At first glance, the subject might seem dry, but Marshall has drawn on 25 years as a reporter in 40 countries to produce an engagingly written, veritable page-turner. Whether the topic is ethnic identity, Japanese imperialism, Panamanian shipping law or the defeat of Nazism, flags speak volumes about our human condition.
First on parade is America’s star-spangled Old Glory, revered at home yet often reviled abroad. Its nemesis, the Confederacy flag, explains Marshall, variously symbolised states’ rights, the Klan and the good old South.
Last year, South Carolina removed it from state-house grounds after a racist murder. And, of course, BNP bigots once nearly hijacked the Union Jack, notes Marshall; since then, Brits of all hues have reclaimed it, memorably the great black athlete Mo Farah.
But, hints Marshall, the neglected Welsh dragon will slip in if Scots leave Brexit Britain and take their Cross of St Andrew with them.
One-sixth of the world’s national flags use Christian imagery, although fewer Europeans attend church and Western flags first arrived from China via the Arabs. Likewise post-Soviet central Asia has seen Islamic crescents combined with far older motifs oust the hammer and sickle.
The birth of new nations has spawned fresh flags on every continent — and the departure of old ones. Marshall recalls 1980 in Rhodesia, soon to become Zimbabwe, when the Union Jack “dropped all the way into the African dust” with unmistakable symbolism. In 1994, when South Africa jettisoned apartheid emblems, Fred Brownell was asked to devise a new flag after 7,000 alternative designs had been rejected.
However, Nelson Mandela received a black-and-white fax of Brownell’s design for final approval, so aides had to buy crayons at a local store and fill in the all-important colours. Happily, Fred’s Rainbow Nation ensign passed muster!
For its part, Israel chose the biblical Star of David set against a backdrop suggestive of a tallit. But it almost was the menorah, Marshall reveals.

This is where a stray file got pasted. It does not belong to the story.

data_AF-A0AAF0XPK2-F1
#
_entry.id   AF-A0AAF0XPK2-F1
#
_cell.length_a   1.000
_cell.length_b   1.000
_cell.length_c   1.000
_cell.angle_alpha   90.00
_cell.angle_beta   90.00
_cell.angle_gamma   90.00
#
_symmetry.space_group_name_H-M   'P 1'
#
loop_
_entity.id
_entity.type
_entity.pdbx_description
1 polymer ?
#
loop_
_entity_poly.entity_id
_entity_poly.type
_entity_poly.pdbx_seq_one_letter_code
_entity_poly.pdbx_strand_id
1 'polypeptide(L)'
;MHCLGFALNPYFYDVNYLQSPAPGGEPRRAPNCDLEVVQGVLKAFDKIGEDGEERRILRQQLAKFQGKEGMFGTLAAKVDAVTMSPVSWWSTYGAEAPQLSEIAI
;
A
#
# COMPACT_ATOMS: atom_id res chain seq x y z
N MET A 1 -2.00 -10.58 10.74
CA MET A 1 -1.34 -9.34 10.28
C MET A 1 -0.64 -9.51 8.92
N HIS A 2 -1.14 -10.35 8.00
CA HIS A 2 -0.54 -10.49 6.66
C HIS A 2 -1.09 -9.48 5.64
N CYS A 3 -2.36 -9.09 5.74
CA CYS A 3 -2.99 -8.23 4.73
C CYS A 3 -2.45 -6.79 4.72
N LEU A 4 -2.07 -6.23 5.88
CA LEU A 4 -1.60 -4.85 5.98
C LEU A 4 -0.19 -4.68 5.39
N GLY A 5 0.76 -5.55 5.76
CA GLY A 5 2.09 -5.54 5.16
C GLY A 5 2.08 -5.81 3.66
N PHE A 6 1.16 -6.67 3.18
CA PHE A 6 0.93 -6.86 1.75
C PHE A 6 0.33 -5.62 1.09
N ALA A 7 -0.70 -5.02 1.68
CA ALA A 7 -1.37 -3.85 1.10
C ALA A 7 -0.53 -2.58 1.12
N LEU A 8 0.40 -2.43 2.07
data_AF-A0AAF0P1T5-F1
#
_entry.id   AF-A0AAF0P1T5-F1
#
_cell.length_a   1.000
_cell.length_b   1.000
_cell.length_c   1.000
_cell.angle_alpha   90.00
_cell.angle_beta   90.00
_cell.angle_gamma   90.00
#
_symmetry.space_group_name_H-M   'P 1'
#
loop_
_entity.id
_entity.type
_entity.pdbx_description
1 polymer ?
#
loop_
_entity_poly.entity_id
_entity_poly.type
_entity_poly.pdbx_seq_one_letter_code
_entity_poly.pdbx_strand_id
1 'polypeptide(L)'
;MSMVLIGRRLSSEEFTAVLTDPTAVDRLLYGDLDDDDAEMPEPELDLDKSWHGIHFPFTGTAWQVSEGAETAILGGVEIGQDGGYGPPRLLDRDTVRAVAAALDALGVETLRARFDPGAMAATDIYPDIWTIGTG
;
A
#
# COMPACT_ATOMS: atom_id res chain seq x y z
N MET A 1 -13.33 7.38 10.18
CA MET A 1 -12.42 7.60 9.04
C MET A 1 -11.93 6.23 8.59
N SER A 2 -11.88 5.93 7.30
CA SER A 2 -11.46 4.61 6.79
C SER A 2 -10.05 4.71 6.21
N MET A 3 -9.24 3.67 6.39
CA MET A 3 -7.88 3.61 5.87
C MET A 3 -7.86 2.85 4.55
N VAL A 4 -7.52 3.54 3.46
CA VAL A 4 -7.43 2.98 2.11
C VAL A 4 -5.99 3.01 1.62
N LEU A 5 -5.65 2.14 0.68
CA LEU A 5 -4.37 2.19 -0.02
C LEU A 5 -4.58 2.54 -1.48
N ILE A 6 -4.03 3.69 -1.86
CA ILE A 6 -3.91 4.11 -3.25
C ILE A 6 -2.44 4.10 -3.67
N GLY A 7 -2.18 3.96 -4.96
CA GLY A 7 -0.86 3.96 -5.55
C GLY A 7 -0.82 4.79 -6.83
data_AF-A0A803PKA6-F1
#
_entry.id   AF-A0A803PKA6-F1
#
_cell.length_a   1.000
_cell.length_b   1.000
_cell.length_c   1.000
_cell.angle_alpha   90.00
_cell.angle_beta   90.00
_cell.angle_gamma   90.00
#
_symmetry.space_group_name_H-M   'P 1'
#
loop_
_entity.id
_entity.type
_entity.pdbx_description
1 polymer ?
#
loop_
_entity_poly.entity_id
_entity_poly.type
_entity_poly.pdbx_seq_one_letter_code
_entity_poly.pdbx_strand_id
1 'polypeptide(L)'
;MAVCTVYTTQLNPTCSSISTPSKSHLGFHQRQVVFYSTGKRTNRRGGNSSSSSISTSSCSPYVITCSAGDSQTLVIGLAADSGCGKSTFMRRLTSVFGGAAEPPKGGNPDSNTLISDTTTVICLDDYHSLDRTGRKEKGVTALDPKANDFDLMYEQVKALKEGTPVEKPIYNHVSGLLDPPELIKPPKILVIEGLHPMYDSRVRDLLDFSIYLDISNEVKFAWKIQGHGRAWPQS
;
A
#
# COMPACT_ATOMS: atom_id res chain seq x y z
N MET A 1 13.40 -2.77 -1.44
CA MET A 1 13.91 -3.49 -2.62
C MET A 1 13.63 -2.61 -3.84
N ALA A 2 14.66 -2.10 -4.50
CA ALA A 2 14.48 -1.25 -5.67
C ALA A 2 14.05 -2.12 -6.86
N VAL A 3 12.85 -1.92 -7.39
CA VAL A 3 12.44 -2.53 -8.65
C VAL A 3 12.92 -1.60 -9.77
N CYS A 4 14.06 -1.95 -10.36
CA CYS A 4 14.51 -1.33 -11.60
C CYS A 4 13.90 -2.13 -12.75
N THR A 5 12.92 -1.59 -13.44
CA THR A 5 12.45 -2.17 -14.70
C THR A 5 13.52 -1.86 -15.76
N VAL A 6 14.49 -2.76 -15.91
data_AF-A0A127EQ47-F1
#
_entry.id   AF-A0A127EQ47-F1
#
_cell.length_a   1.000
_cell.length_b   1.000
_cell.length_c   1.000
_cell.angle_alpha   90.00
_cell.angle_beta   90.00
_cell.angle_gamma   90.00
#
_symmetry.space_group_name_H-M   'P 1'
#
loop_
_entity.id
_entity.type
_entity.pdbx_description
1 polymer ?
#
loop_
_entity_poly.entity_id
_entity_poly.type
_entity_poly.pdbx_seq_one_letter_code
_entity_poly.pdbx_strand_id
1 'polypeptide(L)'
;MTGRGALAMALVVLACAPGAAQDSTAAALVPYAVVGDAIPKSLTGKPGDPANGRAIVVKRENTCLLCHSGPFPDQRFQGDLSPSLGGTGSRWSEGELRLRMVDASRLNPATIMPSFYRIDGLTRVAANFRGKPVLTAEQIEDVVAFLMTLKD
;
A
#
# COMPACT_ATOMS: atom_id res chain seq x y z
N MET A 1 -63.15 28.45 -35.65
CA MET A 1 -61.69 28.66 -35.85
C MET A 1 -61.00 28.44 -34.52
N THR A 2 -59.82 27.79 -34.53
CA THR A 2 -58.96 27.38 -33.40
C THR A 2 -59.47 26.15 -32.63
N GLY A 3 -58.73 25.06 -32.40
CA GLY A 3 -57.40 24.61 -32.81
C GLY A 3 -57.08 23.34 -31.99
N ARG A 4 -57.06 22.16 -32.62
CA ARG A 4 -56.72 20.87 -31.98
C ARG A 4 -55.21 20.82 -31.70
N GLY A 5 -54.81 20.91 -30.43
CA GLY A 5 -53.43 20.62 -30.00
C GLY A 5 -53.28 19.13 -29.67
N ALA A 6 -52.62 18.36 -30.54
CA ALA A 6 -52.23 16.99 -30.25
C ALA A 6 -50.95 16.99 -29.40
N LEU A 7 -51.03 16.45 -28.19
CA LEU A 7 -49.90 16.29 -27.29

Many Middle Eastern flags use the template of the 1916 Arab Revolt banner — paradoxically designed by British colonial Svengali, Mark Sykes. The purest instance of this is the Palestinian flag.
The question remains, who owns the Palestinian flag — the PLO or the Palestinian people? Palestinian academic Dr Mahdi Abdul Hadi argued against a former Israeli ban on the flag saying it was not the sole property of Arafat’s movement. That led him to admit that the PLO has no flag of its own.
By contrast, the PLO’s main group Fatah does have its own banner. And here the contradictions begin. The group formally supports a two-state solution, notes Marshall, yet displays a map of “all-Palestine”. It officially foreswore the armed struggle in 1993 but maintains the unnerving image of two interlocked Kalashnikovs; and while Fatah is ostensibly secular, the Fatah-affiliated Al Aqsa Martyrs Brigade prominently displays on its banner the Dome of the Rock mosque from Jerusalem’s Temple Mount.
So why not remove or alter them? To do so, suggests Marshall, would alienate sections of Palestinian society who would simply transfer loyalty to Hamas or others. One might add, if mischievously, that borderless territory appears on Israeli maps too; and at least Fatah, Hamas and Hizbollah have localised aims, whereas proto-Daesh proclaimed as early as 2007 that its black banner become “the sole flag for all Muslims”.
Worth Dying For concludes with a survey of transnational banners from the Jolly Roger and the Red Cross to the notional International Flag of Planet Earth. The latter seems a distant dream. As to why nationalism remains so buoyant, in Bob Dylan’s words and with Marshall’s book to hand, well, “the answer is blowing in the wind”.
Lawrence Joffe is the author of ‘An Illustrated History of the Jewish People’. This review was first published in The Jewish Chronicle.